So, it’s time. And I believe that ecstatic poetry is especially well-positioned to break into this visionary paradigm. Ecstatic poetry is a devotional practice that can, if you open yourself to it, connect you to the Divine within you like a lightning rod captures electricity. And if that’s not at the core of visionary art, I don’t know what is.
“A poet is someone who stands outside in the rain, hoping to be struck by lightning.”
~ James Dickey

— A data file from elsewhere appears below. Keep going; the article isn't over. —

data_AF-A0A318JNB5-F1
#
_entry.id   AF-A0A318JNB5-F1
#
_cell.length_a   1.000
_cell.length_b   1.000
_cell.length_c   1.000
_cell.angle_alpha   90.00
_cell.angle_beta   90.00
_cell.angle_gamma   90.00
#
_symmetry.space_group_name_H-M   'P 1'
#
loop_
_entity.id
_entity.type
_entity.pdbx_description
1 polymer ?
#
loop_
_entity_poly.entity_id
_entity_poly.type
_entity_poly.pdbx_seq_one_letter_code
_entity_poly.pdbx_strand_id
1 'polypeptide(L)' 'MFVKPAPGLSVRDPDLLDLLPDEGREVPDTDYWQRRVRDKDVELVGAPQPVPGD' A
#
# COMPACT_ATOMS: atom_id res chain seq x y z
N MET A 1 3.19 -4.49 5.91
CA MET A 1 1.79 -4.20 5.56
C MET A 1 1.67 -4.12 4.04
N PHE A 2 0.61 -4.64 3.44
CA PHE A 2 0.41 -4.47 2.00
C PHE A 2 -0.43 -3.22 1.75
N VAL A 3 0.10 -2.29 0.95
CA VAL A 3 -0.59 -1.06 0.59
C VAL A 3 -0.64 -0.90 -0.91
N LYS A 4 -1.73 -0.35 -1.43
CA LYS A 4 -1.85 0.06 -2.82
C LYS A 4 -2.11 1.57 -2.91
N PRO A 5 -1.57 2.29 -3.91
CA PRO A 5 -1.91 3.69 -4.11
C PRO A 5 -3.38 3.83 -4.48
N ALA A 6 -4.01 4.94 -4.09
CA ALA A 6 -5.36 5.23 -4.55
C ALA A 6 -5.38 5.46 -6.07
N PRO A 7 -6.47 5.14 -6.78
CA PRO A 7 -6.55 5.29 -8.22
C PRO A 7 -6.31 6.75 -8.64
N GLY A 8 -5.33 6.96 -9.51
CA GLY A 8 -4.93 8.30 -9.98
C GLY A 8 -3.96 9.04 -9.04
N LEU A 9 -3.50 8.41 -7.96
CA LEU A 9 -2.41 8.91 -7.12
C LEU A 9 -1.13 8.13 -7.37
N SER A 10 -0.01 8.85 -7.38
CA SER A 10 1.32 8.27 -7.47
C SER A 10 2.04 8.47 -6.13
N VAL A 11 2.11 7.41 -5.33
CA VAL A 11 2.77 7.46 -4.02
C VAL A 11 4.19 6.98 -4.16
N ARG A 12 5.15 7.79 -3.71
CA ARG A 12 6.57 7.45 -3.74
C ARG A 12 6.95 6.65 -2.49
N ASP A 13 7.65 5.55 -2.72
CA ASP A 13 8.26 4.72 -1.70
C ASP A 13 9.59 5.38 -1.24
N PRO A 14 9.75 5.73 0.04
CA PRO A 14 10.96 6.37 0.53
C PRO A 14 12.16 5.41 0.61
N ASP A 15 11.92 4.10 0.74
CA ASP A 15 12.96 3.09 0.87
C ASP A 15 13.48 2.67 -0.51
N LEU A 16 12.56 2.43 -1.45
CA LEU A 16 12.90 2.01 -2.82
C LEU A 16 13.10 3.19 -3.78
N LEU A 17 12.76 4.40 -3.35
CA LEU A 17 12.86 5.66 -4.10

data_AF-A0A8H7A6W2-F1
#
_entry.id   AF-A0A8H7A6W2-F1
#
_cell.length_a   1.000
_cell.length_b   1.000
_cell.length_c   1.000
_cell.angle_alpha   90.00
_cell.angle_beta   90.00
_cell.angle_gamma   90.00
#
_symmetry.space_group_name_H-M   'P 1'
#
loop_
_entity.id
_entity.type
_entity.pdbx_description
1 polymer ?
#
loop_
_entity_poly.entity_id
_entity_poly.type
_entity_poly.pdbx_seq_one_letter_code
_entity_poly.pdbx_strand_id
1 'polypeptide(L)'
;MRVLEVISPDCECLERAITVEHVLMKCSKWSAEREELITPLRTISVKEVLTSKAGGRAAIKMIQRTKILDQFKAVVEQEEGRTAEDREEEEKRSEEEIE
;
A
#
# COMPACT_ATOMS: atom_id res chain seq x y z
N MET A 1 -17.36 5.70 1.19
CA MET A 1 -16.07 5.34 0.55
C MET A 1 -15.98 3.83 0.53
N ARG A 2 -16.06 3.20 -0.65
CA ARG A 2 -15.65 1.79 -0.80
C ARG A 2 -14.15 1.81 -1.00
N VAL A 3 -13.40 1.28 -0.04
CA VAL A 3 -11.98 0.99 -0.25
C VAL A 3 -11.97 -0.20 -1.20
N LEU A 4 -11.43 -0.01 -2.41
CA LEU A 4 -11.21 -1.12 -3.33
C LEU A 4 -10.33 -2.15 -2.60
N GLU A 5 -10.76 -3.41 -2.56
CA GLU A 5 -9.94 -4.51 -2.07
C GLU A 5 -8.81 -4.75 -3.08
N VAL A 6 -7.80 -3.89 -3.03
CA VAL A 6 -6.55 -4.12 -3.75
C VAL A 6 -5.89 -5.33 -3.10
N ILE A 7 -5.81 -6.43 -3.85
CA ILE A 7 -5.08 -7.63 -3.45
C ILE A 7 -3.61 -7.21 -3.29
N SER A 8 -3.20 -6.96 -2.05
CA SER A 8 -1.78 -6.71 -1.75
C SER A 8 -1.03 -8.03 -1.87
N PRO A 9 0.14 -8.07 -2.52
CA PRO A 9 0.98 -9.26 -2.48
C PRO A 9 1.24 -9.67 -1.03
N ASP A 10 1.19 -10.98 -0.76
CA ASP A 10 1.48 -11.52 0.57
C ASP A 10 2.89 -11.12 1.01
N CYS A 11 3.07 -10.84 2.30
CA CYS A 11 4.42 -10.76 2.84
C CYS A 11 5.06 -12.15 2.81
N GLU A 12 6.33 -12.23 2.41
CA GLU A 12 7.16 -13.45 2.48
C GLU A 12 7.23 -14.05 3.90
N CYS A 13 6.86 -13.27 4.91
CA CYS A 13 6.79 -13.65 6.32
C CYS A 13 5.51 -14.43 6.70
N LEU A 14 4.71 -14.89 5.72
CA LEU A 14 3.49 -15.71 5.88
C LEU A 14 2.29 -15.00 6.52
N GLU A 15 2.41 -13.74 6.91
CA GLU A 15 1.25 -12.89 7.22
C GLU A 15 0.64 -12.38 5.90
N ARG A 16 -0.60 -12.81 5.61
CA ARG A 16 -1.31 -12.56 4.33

I talk a lot about the work of Alex Grey. That’s because I resonate with his art tremendously and I appreciate how he’s been bringing mysticism and sacred perspectives into the artistic conversation for decades. I don’t think it would be an overstatement to say that Alex Grey is the leading voice in visionary art today. (The eminent scholar Ken Wilber does not hesitate when comparing Grey’s work to that of Hildegard, Michelangelo, Rembrandt, van Gogh, Klimt, and many others.) In my view, though, one thing sets Alex Grey apart from other artists. He has produced a staggering body of his own art, yes, but in his lifetime, he has risen to be a champion of visionary art. The truth is, I don’t know who first coined the term “visionary art,” but if I came to find out that it was Alex Grey himself, I wouldn’t be surprised. He has written and lectured on the subject, and in so many way has come to embody this evolving, living paradigm of visionary art. His work at CoSM and the construction of Entheon – a temple being erected in New York’s Hudson Valley to honor the power of art as spiritual practice – are current examples of his continued work as a world leader in the visionary art movement. Any dialogue about visionary art is wise to begin with his ideas. (In fact, if you poke around in my previous blog posts, you’ll see the extent of my own appreciation for Alex Grey and the personal work I’ve been doing in this realm of mystical/visionary art.)